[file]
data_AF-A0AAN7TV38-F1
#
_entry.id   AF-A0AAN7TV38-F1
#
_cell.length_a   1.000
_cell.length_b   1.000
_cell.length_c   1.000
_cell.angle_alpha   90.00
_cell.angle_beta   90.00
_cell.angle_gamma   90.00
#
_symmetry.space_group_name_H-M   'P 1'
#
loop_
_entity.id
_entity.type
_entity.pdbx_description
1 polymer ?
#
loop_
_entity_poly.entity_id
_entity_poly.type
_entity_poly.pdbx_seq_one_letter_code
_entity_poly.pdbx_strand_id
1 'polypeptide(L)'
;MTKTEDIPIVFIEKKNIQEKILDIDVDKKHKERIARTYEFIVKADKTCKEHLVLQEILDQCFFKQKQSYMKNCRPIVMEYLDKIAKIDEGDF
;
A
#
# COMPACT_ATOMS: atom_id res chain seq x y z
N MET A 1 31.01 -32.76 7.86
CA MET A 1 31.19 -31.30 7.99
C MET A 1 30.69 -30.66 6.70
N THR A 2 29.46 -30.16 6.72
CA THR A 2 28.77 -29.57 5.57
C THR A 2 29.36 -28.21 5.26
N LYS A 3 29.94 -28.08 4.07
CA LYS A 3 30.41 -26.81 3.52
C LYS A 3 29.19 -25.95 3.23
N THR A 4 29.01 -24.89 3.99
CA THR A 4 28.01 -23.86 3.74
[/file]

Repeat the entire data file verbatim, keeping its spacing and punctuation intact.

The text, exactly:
data_AF-A0AAN7TV38-F1
#
_entry.id   AF-A0AAN7TV38-F1
#
_cell.length_a   1.000
_cell.length_b   1.000
_cell.length_c   1.000
_cell.angle_alpha   90.00
_cell.angle_beta   90.00
_cell.angle_gamma   90.00
#
_symmetry.space_group_name_H-M   'P 1'
#
loop_
_entity.id
_entity.type
_entity.pdbx_description
1 polymer ?
#
loop_
_entity_poly.entity_id
_entity_poly.type
_entity_poly.pdbx_seq_one_letter_code
_entity_poly.pdbx_strand_id
1 'polypeptide(L)'
;MTKTEDIPIVFIEKKNIQEKILDIDVDKKHKERIARTYEFIVKADKTCKEHLVLQEILDQCFFKQKQSYMKNCRPIVMEYLDKIAKIDEGDF
;
A
#
# COMPACT_ATOMS: atom_id res chain seq x y z
N MET A 1 31.01 -32.76 7.86
CA MET A 1 31.19 -31.30 7.99
C MET A 1 30.69 -30.66 6.70
N THR A 2 29.46 -30.16 6.72
CA THR A 2 28.77 -29.57 5.57
C THR A 2 29.36 -28.21 5.26
N LYS A 3 29.94 -28.08 4.07
CA LYS A 3 30.41 -26.81 3.52
C LYS A 3 29.19 -25.95 3.23
N THR A 4 29.01 -24.89 3.99
CA THR A 4 28.01 -23.86 3.74